justify murdering someone by dropping them off in Antarctica (or on the
Moon!) without protective clothing or equipment, since we're not killing
them we're just "allowing them to die from a previous condition of not
having developed the capacity to survive in that environment," but this
doesn't seem a very convincing response to those who use the first
argument."

And then they can respond that the body is more personal than one's boat or spaceship or whatever, and/or that the boat/spaceship/et cetera situation is a "locational" conflict of rights (meaning that the person who is stuck on your property would survive if he/she was somhow hypothetically transported to a certain different location right now), while the pregnancy in the case of rape situation is not a "locational" conflict fo rights, since there is nowhere else that the fetus can survive at that moment (unless the fetus is already viable, of course).

Clinton said...

Arguing that the unborn are dying from a prior condition of not being developed enough is a cop-out of a response, since they're not dying of "not developed enough," whereas the violinist *is* dying of the kidney ailment.

Being more personal does not mean that killing the person is suddenly justified. Besides, if artificial womb technology ever becomes a reality, a woman would not be justified in killing the unborn child, even though it's intruding upon her body. And simply saying "well, there's an alternative to killing the child" isn't good enough, as there is an alternative now (she can carry the child to term). If she can kill the child now, then she could also decide to kill the child rather than transfer her safe and sound to an artificial womb. And not even Judith Jarvis Thomson would agree with that.

ChristinaDunigan said...

Let's look at it in terms of taking away.

The violinist is moribund. His days are numbered. You can make a GIFT to extend those days, but your decision to not-hook-up is not a decision to TAKE from him those days that he has left. Left unmolested he will die of the kidney disease.

The baby is not moribund. He or she has an entire future of value ahead that you would be taking away by "unplugging" them. Left unmolested he or she would grow up and have a life.

Coyote said...

"Arguing that the unborn are dying from a prior condition of not being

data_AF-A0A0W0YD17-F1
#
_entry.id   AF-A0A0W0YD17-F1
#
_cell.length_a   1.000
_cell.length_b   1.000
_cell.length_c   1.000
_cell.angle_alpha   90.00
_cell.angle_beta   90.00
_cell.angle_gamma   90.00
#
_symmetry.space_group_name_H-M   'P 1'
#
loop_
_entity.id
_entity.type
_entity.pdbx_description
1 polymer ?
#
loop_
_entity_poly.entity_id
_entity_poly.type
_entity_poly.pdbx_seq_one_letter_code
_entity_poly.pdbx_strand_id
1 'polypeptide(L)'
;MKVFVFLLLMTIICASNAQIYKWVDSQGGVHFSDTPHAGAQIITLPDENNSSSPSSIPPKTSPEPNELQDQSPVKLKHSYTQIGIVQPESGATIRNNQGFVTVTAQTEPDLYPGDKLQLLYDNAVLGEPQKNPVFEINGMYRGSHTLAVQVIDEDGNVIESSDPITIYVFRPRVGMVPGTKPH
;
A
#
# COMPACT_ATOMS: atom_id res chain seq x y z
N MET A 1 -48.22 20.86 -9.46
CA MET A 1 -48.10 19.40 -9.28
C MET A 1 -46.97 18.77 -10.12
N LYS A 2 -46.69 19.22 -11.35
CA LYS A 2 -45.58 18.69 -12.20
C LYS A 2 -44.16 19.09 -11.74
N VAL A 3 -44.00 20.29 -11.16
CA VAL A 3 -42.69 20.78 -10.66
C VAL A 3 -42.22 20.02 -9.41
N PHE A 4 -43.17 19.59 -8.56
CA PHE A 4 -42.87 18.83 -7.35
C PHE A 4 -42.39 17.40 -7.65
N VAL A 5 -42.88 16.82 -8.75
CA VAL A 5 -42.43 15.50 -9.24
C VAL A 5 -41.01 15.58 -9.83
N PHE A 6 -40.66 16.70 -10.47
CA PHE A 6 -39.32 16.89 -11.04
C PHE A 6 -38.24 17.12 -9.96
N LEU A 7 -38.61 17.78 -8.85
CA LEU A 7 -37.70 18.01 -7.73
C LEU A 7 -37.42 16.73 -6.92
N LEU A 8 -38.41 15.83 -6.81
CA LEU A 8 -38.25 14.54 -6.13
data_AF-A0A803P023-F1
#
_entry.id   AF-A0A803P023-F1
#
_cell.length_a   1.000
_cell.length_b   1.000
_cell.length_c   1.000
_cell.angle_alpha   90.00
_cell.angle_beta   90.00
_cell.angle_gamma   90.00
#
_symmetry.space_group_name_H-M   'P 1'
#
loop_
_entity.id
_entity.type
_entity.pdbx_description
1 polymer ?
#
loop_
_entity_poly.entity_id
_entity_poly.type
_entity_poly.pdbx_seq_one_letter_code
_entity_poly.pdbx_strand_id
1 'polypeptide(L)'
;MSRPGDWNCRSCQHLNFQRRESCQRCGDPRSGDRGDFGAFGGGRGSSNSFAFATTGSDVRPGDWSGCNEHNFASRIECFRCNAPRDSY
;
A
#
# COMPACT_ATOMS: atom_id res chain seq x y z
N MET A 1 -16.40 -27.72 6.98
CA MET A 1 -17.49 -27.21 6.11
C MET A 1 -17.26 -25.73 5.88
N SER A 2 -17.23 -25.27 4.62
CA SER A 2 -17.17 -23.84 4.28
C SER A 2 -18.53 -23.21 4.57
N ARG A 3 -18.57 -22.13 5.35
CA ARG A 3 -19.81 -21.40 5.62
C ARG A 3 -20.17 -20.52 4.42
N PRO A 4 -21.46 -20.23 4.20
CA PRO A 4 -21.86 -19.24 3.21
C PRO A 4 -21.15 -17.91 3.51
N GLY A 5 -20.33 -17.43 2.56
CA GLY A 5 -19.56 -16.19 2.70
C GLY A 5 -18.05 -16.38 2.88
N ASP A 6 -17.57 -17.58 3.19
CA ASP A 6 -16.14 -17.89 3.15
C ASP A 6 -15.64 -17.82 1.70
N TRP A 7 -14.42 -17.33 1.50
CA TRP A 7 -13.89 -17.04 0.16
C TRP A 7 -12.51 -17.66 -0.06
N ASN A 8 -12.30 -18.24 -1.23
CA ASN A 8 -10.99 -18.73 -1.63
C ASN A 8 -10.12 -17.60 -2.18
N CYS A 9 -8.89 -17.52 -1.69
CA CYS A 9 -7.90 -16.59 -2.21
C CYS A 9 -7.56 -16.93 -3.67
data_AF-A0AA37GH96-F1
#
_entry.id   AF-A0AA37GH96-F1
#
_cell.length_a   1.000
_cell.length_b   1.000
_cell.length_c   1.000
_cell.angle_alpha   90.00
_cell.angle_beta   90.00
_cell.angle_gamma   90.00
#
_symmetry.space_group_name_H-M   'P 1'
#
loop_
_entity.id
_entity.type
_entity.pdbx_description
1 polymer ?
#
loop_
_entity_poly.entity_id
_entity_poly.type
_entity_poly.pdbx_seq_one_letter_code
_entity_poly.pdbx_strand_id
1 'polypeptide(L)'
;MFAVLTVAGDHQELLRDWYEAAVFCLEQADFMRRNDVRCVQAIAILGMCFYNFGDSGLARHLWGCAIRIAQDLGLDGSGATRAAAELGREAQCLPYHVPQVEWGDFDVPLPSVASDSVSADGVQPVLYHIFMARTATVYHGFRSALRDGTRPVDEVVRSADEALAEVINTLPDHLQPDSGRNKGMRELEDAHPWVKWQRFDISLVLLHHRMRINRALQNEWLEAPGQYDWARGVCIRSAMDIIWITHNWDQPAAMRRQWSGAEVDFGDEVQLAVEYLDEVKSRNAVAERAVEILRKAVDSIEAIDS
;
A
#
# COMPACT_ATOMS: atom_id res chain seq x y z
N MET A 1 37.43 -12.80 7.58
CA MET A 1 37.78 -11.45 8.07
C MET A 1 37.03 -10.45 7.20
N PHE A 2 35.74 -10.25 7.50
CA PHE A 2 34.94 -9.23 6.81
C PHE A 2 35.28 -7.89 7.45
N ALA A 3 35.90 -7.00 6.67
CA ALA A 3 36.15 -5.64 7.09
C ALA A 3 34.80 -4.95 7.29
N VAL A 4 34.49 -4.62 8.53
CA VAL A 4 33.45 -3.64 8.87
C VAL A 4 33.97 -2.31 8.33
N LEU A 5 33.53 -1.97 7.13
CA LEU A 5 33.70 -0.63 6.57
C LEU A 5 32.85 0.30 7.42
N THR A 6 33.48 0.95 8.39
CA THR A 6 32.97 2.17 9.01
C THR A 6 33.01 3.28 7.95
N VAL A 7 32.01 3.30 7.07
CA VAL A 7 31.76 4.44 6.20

developed enough is a cop-out of a response, since they're not dying of
"not developed enough," whereas the violinist *is* dying of the kidney
ailment."

Well, unlike the Violinist, they haven't been dying yet, but they will be dying due to their lack of development if they are unplugged alive.

"Being more personal does not mean that killing the person is suddenly justified."

I agree with you on this part; I was simply saying that this is what some people will say.

"Besides, if artificial womb technology ever becomes a reality, a woman
would not be justified in killing the unborn child, even though it's
intruding upon her body."

I agree with you on this part, as long as unborn children are considered persons/worthy of rights at that point in time.

"And simply saying "well, there's an alternative to killing the child"
isn't good enough, as there is an alternative now (she can carry the
child to term). If she can kill the child now, then she could also
decide to kill the child rather than transfer her safe and sound to an
artificial womb. And not even Judith Jarvis Thomson would agree with
that."

I meant that there is an alternative *location* in the boat/spaceship scenario where the other person can survive without intruding on your rights. As you said, there would be an alternative *location* for nonviable unborn children once artificial wombs are developed, but there isn't one yet.

Coyote said...

I get the part about fetuses' bodies functioning properly while the Violinist's body is not functioning properly. However, I don't see why this is relevant. One can easily make a claim that a raped woman is giving a gift to her prenatal offspring if she decides to continue letting him/her/it use her body and thus dramatically extend its lifespan. Also, in the Violinist scenario you are not simply choosing not to hook up--rather, you are already hooked up to him, and unplugging him will cause his death (whereas not doing anything will cause him to remain alive).

As a side note, I am glad that many pro-lifers oppose the rape exception. I think that while male victims of rape (including statutory rape) are forced to pay child support, raped women should be unable to get abortions (unless their lives and/or health is seriously threatened, of course).